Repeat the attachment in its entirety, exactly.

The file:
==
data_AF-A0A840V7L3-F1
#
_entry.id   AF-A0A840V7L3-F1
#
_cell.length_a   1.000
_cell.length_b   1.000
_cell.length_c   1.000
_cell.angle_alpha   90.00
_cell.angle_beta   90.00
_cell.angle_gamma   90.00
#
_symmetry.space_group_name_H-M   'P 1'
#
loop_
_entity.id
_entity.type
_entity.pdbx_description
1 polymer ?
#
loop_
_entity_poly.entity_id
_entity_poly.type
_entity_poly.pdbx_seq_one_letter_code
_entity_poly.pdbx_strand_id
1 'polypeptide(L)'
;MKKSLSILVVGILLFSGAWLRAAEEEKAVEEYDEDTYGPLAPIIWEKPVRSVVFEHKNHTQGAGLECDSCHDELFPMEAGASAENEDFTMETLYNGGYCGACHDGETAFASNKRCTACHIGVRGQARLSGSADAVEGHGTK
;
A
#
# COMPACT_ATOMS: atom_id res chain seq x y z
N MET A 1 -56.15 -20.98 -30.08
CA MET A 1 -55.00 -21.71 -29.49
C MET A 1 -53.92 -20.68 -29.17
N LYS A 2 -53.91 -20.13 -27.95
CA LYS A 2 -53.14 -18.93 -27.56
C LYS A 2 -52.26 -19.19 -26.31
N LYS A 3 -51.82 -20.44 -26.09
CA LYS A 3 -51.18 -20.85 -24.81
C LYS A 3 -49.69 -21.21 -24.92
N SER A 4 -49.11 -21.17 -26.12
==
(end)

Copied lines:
data_AF-A0A840V7L3-F1
#
_entry.id   AF-A0A840V7L3-F1
#
_cell.length_a   1.000
_cell.length_b   1.000
_cell.length_c   1.000
_cell.angle_alpha   90.00
_cell.angle_beta   90.00
_cell.angle_gamma   90.00
#
_symmetry.space_group_name_H-M   'P 1'
#
loop_
_entity.id
_entity.type
_entity.pdbx_description
1 polymer ?
#
loop_
_entity_poly.entity_id
_entity_poly.type
_entity_poly.pdbx_seq_one_letter_code
_entity_poly.pdbx_strand_id
1 'polypeptide(L)'
;MKKSLSILVVGILLFSGAWLRAAEEEKAVEEYDEDTYGPLAPIIWEKPVRSVVFEHKNHTQGAGLECDSCHDELFPMEAGASAENEDFTMETLYNGGYCGACHDGETAFASNKRCTACHIGVRGQARLSGSADAVEGHGTK
;
A
#
# COMPACT_ATOMS: atom_id res chain seq x y z
N MET A 1 -56.15 -20.98 -30.08
CA MET A 1 -55.00 -21.71 -29.49
C MET A 1 -53.92 -20.68 -29.17
N LYS A 2 -53.91 -20.13 -27.95
CA LYS A 2 -53.14 -18.93 -27.56
C LYS A 2 -52.26 -19.19 -26.31
N LYS A 3 -51.82 -20.44 -26.09
CA LYS A 3 -51.18 -20.85 -24.81
C LYS A 3 -49.69 -21.21 -24.92
N SER A 4 -49.11 -21.17 -26.12